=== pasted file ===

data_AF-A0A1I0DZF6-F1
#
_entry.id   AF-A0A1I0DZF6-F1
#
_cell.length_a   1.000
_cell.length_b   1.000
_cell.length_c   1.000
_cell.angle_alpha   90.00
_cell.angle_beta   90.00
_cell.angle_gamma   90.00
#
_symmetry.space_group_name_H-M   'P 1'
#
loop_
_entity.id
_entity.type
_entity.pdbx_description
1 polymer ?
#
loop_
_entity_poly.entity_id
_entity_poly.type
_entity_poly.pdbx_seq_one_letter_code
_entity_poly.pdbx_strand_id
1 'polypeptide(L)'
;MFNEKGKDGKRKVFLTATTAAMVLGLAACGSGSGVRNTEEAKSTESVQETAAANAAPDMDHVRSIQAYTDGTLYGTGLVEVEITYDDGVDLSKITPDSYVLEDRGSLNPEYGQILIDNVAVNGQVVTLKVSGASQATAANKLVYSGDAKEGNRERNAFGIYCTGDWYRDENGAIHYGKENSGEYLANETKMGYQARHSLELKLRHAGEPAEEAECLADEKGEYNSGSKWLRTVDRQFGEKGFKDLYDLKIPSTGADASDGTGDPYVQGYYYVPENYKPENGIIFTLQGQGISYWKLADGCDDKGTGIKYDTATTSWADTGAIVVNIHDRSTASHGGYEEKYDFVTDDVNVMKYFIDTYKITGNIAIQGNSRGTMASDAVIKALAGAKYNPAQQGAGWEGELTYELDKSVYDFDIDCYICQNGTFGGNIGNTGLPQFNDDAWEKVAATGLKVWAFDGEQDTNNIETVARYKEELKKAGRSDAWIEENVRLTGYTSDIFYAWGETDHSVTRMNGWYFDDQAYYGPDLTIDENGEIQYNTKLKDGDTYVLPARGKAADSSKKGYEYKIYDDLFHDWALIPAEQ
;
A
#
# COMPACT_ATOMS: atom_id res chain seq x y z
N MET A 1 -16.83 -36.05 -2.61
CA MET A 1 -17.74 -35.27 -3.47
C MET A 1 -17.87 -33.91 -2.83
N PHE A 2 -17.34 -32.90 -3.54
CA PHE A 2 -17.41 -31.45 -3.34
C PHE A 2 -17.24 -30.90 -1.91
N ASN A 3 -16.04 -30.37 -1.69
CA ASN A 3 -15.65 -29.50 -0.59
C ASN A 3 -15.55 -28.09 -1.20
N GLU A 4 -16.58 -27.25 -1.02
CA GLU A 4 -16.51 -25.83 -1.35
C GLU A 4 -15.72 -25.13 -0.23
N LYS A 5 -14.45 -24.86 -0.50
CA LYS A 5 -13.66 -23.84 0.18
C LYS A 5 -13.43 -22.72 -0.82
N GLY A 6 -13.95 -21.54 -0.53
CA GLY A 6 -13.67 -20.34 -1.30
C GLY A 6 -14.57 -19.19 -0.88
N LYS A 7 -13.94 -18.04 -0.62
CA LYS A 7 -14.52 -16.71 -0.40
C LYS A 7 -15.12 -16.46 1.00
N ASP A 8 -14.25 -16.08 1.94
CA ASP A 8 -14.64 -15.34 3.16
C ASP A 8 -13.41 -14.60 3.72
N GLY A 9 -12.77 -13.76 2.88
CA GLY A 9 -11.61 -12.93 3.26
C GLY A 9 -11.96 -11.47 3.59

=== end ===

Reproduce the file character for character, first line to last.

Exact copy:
data_AF-A0A1I0DZF6-F1
#
_entry.id   AF-A0A1I0DZF6-F1
#
_cell.length_a   1.000
_cell.length_b   1.000
_cell.length_c   1.000
_cell.angle_alpha   90.00
_cell.angle_beta   90.00
_cell.angle_gamma   90.00
#
_symmetry.space_group_name_H-M   'P 1'
#
loop_
_entity.id
_entity.type
_entity.pdbx_description
1 polymer ?
#
loop_
_entity_poly.entity_id
_entity_poly.type
_entity_poly.pdbx_seq_one_letter_code
_entity_poly.pdbx_strand_id
1 'polypeptide(L)'
;MFNEKGKDGKRKVFLTATTAAMVLGLAACGSGSGVRNTEEAKSTESVQETAAANAAPDMDHVRSIQAYTDGTLYGTGLVEVEITYDDGVDLSKITPDSYVLEDRGSLNPEYGQILIDNVAVNGQVVTLKVSGASQATAANKLVYSGDAKEGNRERNAFGIYCTGDWYRDENGAIHYGKENSGEYLANETKMGYQARHSLELKLRHAGEPAEEAECLADEKGEYNSGSKWLRTVDRQFGEKGFKDLYDLKIPSTGADASDGTGDPYVQGYYYVPENYKPENGIIFTLQGQGISYWKLADGCDDKGTGIKYDTATTSWADTGAIVVNIHDRSTASHGGYEEKYDFVTDDVNVMKYFIDTYKITGNIAIQGNSRGTMASDAVIKALAGAKYNPAQQGAGWEGELTYELDKSVYDFDIDCYICQNGTFGGNIGNTGLPQFNDDAWEKVAATGLKVWAFDGEQDTNNIETVARYKEELKKAGRSDAWIEENVRLTGYTSDIFYAWGETDHSVTRMNGWYFDDQAYYGPDLTIDENGEIQYNTKLKDGDTYVLPARGKAADSSKKGYEYKIYDDLFHDWALIPAEQ
;
A
#
# COMPACT_ATOMS: atom_id res chain seq x y z
N MET A 1 -16.83 -36.05 -2.61
CA MET A 1 -17.74 -35.27 -3.47
C MET A 1 -17.87 -33.91 -2.83
N PHE A 2 -17.34 -32.90 -3.54
CA PHE A 2 -17.41 -31.45 -3.34
C PHE A 2 -17.24 -30.90 -1.91
N ASN A 3 -16.04 -30.37 -1.69
CA ASN A 3 -15.65 -29.50 -0.59
C ASN A 3 -15.55 -28.09 -1.20
N GLU A 4 -16.58 -27.25 -1.02
CA GLU A 4 -16.51 -25.83 -1.35
C GLU A 4 -15.72 -25.13 -0.23
N LYS A 5 -14.45 -24.86 -0.50
CA LYS A 5 -13.66 -23.84 0.18
C LYS A 5 -13.43 -22.72 -0.82
N GLY A 6 -13.95 -21.54 -0.53
CA GLY A 6 -13.67 -20.34 -1.30
C GLY A 6 -14.57 -19.19 -0.88
N LYS A 7 -13.94 -18.04 -0.62
CA LYS A 7 -14.52 -16.71 -0.40
C LYS A 7 -15.12 -16.46 1.00
N ASP A 8 -14.25 -16.08 1.94
CA ASP A 8 -14.64 -15.34 3.16
C ASP A 8 -13.41 -14.60 3.72
N GLY A 9 -12.77 -13.76 2.88
CA GLY A 9 -11.61 -12.93 3.26
C GLY A 9 -11.96 -11.47 3.59